Nowitzki had never left much doubt that he'd stay in Dallas until the Mavericks' season ended Thursday night with a 97-87 Game 6 loss to the San Antonio Spurs. He can opt out of his contract this summer, which he indicated he would consider after the Mavericks exited in the first round for the third time in four seasons.
"I don't know, this is all pretty fresh," Nowitzki said during his exit interview Friday afternoon. "I just have to keep my options open at this point, see what's going on. I have to get over this disappointment for awhile. I'll probably drown my sorrows for a bit and then I'll start thinking about stuff like that in a week or two. As of now, I just want to keep my options, see what happens."
Asked Friday what type of player he believed the Mavs needed to pursue next season to improve, Nowitzki said he'd like an explosive scorer who can create his own shot. He named two, in particular.
"You'd love to get somebody that can be explosive off the dribble, can create his own shot at any given time," Nowitzki said. "Obviously, there are a couple out there -- LeBron, D-Wade -- one of those guys. A wing player that can create his own shot, score at will."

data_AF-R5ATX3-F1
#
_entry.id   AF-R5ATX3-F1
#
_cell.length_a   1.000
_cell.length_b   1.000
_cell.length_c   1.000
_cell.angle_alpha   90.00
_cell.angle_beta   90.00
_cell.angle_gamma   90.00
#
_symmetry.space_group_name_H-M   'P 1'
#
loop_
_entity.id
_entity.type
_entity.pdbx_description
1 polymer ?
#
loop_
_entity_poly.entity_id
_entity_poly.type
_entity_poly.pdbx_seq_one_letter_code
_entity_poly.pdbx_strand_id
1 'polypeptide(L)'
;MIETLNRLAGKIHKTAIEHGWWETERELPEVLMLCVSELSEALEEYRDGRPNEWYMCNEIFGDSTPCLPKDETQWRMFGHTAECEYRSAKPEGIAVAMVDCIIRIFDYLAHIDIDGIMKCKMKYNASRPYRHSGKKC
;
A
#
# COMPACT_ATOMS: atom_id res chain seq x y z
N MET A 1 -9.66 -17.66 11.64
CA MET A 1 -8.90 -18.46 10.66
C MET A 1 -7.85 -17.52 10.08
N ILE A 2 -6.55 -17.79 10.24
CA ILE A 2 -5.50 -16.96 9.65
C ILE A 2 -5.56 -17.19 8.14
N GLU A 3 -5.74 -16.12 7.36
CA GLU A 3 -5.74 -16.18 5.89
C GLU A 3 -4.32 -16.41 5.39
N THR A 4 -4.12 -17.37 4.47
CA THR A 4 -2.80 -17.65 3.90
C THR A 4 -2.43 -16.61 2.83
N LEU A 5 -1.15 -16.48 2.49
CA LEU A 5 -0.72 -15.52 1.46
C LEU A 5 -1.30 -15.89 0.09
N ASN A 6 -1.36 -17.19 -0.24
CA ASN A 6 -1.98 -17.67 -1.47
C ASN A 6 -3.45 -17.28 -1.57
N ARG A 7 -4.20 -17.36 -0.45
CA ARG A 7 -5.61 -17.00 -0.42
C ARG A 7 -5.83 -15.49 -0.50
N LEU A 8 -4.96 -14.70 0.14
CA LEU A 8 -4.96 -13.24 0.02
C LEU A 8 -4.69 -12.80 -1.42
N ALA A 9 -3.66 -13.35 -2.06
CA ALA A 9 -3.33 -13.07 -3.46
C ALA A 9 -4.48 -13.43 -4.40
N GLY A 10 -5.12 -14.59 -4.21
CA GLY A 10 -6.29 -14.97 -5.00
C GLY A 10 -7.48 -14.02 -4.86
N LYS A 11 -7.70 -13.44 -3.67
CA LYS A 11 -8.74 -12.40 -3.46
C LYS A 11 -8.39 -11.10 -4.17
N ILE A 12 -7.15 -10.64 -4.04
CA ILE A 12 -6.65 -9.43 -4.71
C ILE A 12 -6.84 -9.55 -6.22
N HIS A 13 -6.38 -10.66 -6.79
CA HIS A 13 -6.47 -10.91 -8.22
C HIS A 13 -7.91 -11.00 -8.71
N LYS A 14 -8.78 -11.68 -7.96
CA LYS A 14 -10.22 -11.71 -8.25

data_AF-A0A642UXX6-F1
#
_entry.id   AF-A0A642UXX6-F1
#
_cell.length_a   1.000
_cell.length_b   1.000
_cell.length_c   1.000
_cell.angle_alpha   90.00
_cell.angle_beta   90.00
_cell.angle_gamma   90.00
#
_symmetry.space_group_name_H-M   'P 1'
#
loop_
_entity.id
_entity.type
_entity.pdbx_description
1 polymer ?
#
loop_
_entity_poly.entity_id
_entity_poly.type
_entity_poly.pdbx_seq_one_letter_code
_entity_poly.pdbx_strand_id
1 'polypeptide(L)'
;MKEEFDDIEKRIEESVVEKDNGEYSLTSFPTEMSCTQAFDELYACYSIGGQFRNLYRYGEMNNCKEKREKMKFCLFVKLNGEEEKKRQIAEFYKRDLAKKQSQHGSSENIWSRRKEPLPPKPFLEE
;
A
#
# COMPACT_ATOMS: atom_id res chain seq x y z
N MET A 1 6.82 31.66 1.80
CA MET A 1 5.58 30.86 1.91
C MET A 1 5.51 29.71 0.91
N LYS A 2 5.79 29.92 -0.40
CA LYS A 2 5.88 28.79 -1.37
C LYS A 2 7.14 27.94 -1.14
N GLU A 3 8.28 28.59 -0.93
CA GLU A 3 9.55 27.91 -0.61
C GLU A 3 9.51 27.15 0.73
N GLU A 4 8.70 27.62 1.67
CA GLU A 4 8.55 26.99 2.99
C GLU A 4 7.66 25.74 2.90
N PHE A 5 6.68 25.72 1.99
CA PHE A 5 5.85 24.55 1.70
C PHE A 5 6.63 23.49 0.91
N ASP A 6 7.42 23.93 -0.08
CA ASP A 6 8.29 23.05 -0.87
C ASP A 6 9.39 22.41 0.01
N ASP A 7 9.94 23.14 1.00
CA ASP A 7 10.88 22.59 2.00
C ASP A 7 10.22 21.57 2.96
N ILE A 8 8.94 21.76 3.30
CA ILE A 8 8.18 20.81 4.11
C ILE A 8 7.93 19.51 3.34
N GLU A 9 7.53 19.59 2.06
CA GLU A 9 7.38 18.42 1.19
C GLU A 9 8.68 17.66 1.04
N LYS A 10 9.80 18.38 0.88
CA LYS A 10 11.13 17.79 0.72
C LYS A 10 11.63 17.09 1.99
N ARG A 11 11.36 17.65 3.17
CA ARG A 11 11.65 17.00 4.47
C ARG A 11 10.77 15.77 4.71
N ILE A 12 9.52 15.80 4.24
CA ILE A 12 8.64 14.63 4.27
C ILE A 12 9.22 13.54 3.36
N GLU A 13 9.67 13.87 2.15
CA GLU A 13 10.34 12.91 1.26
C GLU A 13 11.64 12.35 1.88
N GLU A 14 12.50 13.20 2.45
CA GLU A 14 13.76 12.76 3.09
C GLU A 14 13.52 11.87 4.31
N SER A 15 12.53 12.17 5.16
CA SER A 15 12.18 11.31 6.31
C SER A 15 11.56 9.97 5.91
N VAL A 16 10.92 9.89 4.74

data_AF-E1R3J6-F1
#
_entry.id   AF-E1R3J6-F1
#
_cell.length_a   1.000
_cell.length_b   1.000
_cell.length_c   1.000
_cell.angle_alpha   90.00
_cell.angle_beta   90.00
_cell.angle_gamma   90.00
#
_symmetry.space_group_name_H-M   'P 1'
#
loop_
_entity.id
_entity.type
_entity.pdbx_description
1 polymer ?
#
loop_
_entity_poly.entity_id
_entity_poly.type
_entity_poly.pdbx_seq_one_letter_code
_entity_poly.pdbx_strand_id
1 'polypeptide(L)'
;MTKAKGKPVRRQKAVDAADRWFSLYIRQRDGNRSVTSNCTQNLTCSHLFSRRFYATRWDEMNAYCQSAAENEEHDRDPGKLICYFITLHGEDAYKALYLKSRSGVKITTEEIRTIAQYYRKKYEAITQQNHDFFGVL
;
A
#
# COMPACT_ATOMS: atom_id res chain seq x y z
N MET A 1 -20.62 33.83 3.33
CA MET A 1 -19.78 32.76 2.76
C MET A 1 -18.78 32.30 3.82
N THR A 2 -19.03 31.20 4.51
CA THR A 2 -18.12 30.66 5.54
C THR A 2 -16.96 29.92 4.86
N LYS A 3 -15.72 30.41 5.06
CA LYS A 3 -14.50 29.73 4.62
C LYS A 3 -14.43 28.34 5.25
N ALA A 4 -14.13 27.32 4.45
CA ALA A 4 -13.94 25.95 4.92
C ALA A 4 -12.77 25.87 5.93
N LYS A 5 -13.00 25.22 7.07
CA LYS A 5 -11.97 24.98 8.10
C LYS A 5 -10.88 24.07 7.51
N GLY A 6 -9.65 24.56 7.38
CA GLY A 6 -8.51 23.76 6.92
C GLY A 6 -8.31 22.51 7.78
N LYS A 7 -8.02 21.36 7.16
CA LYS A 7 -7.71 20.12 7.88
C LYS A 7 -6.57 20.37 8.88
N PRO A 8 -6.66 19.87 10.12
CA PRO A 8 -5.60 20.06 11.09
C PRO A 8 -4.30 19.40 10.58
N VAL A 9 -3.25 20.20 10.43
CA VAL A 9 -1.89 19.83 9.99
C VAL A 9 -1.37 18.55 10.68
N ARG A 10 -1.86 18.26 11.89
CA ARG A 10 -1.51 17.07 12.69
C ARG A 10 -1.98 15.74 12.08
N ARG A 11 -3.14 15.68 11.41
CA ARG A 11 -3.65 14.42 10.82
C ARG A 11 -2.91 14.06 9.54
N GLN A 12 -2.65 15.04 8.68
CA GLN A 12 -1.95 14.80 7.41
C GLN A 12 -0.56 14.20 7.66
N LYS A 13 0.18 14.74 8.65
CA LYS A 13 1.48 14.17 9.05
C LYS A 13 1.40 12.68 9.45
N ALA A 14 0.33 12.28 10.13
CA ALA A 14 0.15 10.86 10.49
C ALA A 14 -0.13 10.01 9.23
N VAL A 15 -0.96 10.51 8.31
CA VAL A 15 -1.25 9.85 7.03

Mavericks owner Mark Cuban declined to answer questions via e-mail Thursday night about Nowitzki's comments.
Nowitzki, who would make $21.5 million next season if he doesn't opt out of his contract, has said on several occasions that winning a championship wouldn't be as meaningful if he did it with a team other than the Mavericks. He's played his entire 12-season career in Dallas, serving as the cornerstone of a franchise that is one of only four in NBA history to have 10 consecutive 50-win seasons.
However, the Mavericks are the only franchise in that group that didn't win multiple championships.
The Mavericks blew a golden opportunity to win a title in 2006, when they failed to win another game after jumping out to a 2-0 lead over the Miami Heat in the NBA Finals. Since then, the Mavericks' only playoff series win came in the first round against the injury-ravaged Spurs last season.
"As much as I'm disappointed for the team and for Mark [Cuban] and for myself, I'm even more disappointed for Dirk, because a lot of this was about trying to get him to a point where he could realize the dream," coach Rick Carlisle said. "The window is still open, but this is a tough blow."